With lots of talk about crowd quality, GraphExpo 2002 Chicago came to a close. Like most shows, the last day was a swan song, predominately inhabited by high school students taking a turn at printed, refugee motorcycle prints. It never ceases to amaze me that in this bastion of American capitalism, motorcycles with logos other than Harley Davidson are allowed to be photographed, printed, talked about and sold in the Midwest!

So, with an average of 75% of all files submitted by customers requiring rework of 34 minutes (CAP Ventures) or so, it’s no wonder this year’s attendees were swarming over prepress vendor booths. Ayah, prepress. What a broad topic! What is prepress anyway? Isn’t it everything prior to putting ink on paper? Right, you are! One prepress vendor informed me that prepress was really a business previously occupied by six distinct (and now defunct) market segments.

Although I didn’t count them at the time, let’s enumerate those processes. There was page design/layout, typesetting, choking and trapping, imposition (and before this stripping), film output, plate making; and this was all before CTP. CTP forced the linearization of separate graphic arts events into a digital workflow that permitted efficiencies and cost economies which were totally absent prior to digitization and the breakdown of printing’s islands of technology.

In today’s high tech market, it’s paramount that printing establishments utilize as many labor saving tools (read software) as possible to maximize profits. As printers only, today’s service bureaus need to put their costs of doing business on a starvation diet. No longer can 34 minute corrections of customer files be economically tolerated. This is not a matter of nice, it’s a matter of survival. Printers need to provide customers with as many tools as possible to permit submission of 100% runable files. To permit or accept less is a formula for failure.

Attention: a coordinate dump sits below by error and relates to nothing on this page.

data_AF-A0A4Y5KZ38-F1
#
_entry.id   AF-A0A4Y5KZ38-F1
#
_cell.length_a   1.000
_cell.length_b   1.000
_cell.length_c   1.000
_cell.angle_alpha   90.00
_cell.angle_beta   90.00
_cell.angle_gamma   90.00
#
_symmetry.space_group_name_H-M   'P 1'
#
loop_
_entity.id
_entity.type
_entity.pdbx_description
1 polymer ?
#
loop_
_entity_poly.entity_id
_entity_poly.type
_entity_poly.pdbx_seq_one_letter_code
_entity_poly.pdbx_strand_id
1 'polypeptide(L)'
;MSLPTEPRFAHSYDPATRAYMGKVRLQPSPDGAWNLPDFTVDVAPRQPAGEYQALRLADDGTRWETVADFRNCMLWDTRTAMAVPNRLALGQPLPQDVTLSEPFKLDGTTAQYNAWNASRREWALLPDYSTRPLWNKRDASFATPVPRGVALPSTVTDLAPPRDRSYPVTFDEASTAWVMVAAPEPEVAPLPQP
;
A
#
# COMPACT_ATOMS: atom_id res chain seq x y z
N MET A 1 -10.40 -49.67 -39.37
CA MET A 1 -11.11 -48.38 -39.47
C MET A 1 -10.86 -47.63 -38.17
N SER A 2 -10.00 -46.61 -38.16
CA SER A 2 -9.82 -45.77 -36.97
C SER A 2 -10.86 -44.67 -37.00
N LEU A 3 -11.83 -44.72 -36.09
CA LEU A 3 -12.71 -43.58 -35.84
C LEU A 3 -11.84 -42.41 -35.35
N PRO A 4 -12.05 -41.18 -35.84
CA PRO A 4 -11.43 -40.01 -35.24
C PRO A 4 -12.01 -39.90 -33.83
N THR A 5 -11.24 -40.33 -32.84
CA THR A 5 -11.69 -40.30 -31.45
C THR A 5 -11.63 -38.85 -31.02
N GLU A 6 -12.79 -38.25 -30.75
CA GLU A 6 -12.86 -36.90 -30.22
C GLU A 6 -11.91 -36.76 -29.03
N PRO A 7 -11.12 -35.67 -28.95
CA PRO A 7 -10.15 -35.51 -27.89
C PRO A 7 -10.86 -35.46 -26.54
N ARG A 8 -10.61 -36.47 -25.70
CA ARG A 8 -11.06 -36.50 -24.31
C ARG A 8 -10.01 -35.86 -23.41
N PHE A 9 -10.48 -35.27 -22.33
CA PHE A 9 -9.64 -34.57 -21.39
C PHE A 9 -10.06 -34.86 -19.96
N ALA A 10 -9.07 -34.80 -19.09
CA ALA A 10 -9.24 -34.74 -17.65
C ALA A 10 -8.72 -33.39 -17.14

Remember, "Spare the rod, spoil the child"? Well, this same adage applies here. If your customers like the service your company is providing, they will also be willing to comply with a few short business rules that insure their work will be processed faithfully and to the highest professional standards. Your customer depends on your expertise to produce professional quality materials that he or she is proud of. In the absence of standards, poor quality often results. In order to be on the winning side of the results, make sure your customer is well aware of the quality that he must provide in order for you to guarantee the results expected.

There were many prepress vendors in attendance at this year’s GraphExpo and all offered work and time saving solutions. Others offered work tracking and accounting solutions. The message is clear. If you are to prosper as a print provider in today’s highly competitive, mature market, costs must be controlled and unnecessary expenditures eliminated.

If printers can’t charge for those 34 minutes, then they need to shift the burden of responsibility to the customer and receive clean files to start with. Only then will printers begin to control their costs as effectively as they control the ink fountains on their presses. If you don’t set the standards, then your customers will be in control of your future. This scenario is not necessarily advantageous for either party.